Cover

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Title Page, Copyright, Dedication, Epigraph

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Contents

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Illustrations

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pp. ix-x

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Acknowledgments

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pp. xi-xiv

When I first visited a Tasmanian salmon hatchery in November 2001, I had no idea that this was the beginning of an ethnographic journey with salmon that would last for more than ten years. But ethnographic encounters and academic exchanges triggered new questions and took me along unexpected paths. I am grateful for all the encounters—human and nonhuman—that have made this journey so exciting...

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1. Introduction: Salmon in the Making

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pp. 1-26

Salmon have come a long way. They were here before us. They were the backbone of coastal human livelihoods, a reliable and seasonal resource, a conduit of nutrients from the depths of distant oceans, conveniently delivered where the land meets the sea. Our history together goes way back. But recently it took off in a new direction.
This book is an ethnography of a “city of fish.” It tells the story of how salmon...

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2. Tracking Salmon

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pp. 27-47

The view from the twin-engine airplane is a mosaic of islands and inlets. Glaciers disappear from view as we descend from the rugged western part of the Hardangervidda mountain plateau and approach Sunnhordland, the labyrinth of waterways where melted snow and glacial water meet the salty seawater from the Atlantic Ocean. The steep valleys and glittering surface below is what tourists know...

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3. Becoming Hungry: Introducing the Salmon Domus

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pp. 48-75

It looks almost like an ordinary house, floating at sea: pitched roof, gray walls, an entrance, and a small window upstairs under the ridge. Until you notice the adjacent low structure of nets and railings stretched out along the water surface to the right, you might think this is a way to beat the current Norwegian property boom: a houseboat situated in the middle of the fjord. It would be an attractive...

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4. Becoming Biomass: Appetite, Numbers, and Managerial Control

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pp. 76-103

The salmon domus is a fragile assemblage, and fi sh are lively beings. Even in confinement, their fleshy vitality resists human attempts at control. But they can still be managed. One way of making the salmon assemblage manageable is through numbers. That is what this chapter is about.
The salmon domus can be conceived as a locality, a site. In chapter 3, we explored some ways in which the salmon assemblage...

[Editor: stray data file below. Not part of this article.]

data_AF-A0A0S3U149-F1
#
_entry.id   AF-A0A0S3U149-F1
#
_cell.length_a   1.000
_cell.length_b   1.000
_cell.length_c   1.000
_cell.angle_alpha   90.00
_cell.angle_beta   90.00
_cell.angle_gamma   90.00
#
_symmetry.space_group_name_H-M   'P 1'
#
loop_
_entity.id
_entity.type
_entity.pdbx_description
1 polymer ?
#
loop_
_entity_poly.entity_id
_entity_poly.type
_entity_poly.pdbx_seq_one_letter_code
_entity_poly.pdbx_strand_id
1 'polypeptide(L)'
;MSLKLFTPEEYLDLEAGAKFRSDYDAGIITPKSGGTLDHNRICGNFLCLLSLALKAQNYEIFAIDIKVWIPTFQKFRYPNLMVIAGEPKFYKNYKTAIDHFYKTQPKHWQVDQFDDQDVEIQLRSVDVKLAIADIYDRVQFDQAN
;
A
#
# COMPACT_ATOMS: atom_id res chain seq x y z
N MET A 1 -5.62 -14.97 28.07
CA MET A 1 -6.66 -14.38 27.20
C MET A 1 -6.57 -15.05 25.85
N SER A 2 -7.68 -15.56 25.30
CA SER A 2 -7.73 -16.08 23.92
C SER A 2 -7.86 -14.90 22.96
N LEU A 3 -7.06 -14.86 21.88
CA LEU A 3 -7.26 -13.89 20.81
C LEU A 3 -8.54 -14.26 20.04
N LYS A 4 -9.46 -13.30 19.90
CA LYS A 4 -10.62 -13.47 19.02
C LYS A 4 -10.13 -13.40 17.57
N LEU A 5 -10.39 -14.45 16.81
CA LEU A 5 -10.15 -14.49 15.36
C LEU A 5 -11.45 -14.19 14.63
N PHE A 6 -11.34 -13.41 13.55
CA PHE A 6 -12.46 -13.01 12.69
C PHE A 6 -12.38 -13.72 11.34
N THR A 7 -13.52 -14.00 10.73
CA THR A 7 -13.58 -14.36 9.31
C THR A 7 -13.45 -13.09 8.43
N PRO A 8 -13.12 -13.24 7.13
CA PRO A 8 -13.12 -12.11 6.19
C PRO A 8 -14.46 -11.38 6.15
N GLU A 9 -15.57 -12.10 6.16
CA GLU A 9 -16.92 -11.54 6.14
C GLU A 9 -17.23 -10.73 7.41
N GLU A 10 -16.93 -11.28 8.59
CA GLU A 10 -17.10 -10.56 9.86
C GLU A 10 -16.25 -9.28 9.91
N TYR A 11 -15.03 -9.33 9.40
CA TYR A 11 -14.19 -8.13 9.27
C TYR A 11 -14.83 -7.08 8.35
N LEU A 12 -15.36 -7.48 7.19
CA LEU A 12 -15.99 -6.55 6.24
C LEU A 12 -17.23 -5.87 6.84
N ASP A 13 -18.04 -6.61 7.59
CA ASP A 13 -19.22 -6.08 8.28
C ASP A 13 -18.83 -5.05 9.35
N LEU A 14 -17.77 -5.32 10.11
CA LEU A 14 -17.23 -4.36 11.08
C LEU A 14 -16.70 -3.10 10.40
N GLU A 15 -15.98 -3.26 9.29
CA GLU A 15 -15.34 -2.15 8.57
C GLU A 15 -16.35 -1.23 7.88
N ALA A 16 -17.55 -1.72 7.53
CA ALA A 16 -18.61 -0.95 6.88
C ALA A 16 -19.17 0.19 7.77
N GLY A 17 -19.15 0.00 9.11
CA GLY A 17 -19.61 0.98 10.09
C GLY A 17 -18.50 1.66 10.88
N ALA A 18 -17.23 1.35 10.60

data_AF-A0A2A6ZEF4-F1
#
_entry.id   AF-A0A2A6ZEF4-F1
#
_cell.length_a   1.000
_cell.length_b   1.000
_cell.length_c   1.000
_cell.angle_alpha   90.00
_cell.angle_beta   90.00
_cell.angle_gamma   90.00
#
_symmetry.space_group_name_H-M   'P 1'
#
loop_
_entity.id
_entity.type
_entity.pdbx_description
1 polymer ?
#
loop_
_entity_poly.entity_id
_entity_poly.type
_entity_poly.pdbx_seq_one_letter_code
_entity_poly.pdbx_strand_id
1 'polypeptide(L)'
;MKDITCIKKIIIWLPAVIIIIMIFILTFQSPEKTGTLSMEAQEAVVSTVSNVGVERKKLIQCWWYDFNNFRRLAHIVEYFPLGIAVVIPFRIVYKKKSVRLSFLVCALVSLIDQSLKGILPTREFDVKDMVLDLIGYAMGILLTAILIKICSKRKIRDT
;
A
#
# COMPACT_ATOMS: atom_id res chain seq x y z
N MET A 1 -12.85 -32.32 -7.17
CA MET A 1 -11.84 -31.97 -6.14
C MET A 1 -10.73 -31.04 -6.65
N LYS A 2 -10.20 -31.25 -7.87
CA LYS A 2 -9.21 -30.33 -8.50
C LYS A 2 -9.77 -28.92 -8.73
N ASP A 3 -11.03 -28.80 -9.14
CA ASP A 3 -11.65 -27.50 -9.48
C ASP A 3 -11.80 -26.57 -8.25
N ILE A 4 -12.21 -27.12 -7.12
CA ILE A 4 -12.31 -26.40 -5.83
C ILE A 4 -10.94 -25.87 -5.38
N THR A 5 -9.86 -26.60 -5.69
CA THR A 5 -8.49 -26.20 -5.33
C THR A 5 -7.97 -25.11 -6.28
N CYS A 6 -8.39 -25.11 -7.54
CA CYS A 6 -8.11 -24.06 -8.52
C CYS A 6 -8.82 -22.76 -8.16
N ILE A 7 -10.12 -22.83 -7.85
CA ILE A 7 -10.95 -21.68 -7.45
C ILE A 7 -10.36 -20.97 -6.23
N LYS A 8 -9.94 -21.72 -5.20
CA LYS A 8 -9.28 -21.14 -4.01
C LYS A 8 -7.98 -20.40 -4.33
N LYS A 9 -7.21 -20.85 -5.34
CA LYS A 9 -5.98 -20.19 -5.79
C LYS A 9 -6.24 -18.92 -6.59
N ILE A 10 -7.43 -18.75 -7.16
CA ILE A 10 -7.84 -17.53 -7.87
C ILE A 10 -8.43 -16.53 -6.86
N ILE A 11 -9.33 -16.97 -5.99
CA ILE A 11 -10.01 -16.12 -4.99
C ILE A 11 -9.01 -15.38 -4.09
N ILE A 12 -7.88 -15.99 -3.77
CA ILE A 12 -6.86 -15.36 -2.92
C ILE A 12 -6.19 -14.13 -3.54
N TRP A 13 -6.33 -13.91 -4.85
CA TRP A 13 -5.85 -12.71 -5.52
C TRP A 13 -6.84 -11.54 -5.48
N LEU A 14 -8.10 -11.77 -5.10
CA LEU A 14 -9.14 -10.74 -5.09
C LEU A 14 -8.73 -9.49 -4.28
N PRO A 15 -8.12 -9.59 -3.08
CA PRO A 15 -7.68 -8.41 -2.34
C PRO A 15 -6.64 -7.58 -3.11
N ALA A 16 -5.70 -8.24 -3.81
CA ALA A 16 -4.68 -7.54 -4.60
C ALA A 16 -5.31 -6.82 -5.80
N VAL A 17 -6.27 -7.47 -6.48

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5. Becoming Scalable: Speed, Feed, and Temporal Alignments

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pp. 104-125

If domestication is a relation, how can we describe this relation in salmon farming? What is it made of? What kinds of textures are involved? Marilyn Strathern (2006) reminds us that relations can be many different things: connections, affinities, causes, effects, or particular forms of storytelling. Narratives of domestication foreground the human-animal relation as one of confinement and control. In previous...

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6. Becoming Sentient: Choreographies of Caring and Killing

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pp. 126-147

How do we come to terms with inflicting death on animals? How do we deal with their suffering? The question might be as old as human beings. Recently it has been addressed from many different angles, from animal rights activism to animal welfare regulations. Most debates concern terrestrial animals that can walk up to us and look us in the eye. But as aquaculture industry expands, such questions are...

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7. Becoming Alien: Back to the River

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pp. 148-163

The scene is the river Namsen, on the Norwegian west coast, but it could have happened on almost any of the several hundred rivers in Norway where salmon angling is permitted during the summer season. Namsen is one of the many well-known rivers where temporary salmon permits can be purchased at auctions each fall.3 While the fisherman in the story has purchased his permit to fish from the river...

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8. Tails

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pp. 164-172

So what have we learned about domestication? What is a domesticated salmon? And how can these insights help us navigate a world in which encounters between human and nonhuman are rarely simple and straightforward?
Marine aquaculture offers unique insight into domestication as an ongoing process. We have seen that, far from being settled once and for all, the salmon...

Notes

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pp. 173-196

References

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pp. 197-208

Index, Other Works in the Series

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pp. 209-214